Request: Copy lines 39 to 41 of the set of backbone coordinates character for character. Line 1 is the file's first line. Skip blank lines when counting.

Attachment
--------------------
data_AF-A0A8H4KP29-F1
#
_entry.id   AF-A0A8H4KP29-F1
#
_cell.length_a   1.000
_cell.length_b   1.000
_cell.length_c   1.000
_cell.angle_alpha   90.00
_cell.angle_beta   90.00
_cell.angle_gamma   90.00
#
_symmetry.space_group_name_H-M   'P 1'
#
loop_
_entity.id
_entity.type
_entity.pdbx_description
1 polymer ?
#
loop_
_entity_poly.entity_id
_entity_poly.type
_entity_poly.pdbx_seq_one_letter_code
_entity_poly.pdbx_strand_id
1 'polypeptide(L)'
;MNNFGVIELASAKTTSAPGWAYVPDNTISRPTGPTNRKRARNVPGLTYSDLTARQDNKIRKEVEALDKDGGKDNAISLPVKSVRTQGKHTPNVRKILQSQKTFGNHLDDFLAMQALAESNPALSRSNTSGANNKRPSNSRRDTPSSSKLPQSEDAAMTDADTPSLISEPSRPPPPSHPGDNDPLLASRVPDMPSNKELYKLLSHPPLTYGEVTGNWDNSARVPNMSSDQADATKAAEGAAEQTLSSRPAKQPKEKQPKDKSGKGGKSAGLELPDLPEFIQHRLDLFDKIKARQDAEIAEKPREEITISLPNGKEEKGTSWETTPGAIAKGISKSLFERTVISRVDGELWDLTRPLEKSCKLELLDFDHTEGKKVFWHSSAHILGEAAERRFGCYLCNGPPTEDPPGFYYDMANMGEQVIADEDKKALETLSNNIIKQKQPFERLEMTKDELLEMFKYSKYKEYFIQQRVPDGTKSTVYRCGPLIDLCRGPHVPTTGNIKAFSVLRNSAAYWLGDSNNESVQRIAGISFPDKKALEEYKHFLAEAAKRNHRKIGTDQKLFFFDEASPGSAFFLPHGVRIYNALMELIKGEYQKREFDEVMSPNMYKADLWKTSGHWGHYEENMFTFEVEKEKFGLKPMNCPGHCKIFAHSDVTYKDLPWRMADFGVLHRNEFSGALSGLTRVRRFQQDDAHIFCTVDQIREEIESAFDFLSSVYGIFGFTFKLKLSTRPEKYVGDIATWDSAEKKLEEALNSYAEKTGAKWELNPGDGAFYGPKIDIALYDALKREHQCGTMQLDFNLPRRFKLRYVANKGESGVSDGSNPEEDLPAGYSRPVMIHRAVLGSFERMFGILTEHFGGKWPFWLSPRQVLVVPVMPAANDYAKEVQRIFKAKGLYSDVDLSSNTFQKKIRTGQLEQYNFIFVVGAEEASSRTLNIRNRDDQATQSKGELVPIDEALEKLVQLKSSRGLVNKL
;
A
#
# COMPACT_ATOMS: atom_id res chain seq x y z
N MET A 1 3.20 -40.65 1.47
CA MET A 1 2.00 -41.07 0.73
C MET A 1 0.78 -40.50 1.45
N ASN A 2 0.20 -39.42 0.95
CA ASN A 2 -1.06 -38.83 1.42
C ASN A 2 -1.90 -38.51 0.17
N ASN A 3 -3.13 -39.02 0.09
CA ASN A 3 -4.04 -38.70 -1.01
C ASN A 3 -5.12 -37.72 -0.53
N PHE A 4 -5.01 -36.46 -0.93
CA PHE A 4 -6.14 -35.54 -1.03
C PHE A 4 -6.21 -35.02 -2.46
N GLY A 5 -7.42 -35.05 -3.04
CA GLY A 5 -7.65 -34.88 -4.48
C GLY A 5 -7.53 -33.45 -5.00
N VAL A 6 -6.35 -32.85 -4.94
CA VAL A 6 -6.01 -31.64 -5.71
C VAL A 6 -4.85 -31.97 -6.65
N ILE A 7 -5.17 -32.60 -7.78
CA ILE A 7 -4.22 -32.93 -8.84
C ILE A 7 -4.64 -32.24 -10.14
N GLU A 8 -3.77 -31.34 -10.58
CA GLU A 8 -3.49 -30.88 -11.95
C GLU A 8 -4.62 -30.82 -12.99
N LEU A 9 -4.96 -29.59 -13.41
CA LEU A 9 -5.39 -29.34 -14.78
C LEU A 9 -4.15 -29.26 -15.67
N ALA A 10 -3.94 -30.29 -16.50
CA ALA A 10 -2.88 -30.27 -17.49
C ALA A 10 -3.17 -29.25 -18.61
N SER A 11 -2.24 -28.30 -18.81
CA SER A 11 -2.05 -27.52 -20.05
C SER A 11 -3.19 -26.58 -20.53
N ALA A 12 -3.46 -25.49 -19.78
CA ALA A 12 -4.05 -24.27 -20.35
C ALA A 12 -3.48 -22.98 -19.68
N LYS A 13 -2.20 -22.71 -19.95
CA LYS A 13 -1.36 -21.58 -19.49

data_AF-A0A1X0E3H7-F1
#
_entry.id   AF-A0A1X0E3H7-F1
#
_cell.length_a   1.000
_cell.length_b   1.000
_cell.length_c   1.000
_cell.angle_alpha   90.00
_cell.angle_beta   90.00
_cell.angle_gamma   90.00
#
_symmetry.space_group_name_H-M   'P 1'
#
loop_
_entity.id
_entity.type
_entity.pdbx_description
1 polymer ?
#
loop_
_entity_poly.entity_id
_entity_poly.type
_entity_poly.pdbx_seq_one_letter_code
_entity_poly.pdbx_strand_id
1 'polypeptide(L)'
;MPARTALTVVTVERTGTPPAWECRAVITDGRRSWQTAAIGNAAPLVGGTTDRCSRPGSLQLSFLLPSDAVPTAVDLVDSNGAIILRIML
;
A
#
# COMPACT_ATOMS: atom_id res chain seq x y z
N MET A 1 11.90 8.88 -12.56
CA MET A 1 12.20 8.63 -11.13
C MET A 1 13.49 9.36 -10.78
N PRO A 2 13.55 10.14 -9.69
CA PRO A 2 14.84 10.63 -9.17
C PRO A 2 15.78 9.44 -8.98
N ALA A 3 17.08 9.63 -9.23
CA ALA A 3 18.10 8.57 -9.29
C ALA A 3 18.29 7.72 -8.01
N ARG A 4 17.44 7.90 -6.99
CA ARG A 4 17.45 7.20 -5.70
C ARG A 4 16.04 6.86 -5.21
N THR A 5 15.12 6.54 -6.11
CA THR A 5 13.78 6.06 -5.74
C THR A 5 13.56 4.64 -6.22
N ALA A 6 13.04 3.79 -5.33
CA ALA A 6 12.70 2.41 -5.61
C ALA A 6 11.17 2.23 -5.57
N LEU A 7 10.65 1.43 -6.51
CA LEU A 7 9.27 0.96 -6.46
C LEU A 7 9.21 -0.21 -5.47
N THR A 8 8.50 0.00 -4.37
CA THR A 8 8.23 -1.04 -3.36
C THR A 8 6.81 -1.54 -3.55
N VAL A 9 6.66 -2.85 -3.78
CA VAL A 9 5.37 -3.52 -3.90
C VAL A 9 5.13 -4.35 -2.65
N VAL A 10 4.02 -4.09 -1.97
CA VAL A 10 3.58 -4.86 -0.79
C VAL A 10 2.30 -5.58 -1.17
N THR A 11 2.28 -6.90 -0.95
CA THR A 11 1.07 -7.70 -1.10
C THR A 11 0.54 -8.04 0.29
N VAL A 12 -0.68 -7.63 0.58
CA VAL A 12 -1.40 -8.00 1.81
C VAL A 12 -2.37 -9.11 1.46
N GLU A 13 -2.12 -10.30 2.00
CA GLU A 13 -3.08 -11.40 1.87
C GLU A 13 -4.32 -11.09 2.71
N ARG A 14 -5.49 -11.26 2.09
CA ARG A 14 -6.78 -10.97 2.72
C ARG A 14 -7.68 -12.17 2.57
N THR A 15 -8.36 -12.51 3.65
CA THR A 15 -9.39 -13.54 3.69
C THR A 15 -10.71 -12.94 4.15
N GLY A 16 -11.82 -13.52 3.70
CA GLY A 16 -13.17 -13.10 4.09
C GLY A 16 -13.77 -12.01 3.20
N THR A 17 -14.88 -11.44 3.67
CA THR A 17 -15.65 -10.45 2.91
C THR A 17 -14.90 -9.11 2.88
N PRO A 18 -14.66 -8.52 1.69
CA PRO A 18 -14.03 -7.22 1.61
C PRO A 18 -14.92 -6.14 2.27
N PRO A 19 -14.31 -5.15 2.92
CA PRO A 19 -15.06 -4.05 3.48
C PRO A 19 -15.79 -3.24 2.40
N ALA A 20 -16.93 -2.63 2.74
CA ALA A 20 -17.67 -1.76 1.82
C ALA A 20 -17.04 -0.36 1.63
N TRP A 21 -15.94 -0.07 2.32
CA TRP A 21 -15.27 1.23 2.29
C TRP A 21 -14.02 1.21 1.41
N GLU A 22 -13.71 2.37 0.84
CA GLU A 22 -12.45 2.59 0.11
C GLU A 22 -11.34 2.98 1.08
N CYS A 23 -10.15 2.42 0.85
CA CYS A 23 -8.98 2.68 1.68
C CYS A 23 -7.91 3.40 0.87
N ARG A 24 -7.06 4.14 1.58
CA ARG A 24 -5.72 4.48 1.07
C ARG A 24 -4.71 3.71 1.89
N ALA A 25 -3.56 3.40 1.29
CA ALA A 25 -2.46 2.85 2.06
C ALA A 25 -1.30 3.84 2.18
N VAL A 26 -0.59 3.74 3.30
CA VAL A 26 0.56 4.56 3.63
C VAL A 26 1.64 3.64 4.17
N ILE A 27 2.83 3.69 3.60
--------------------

C ASN A 3 -5.12 -37.72 -0.53
N PHE A 4 -5.01 -36.46 -0.93
CA PHE A 4 -6.14 -35.54 -1.03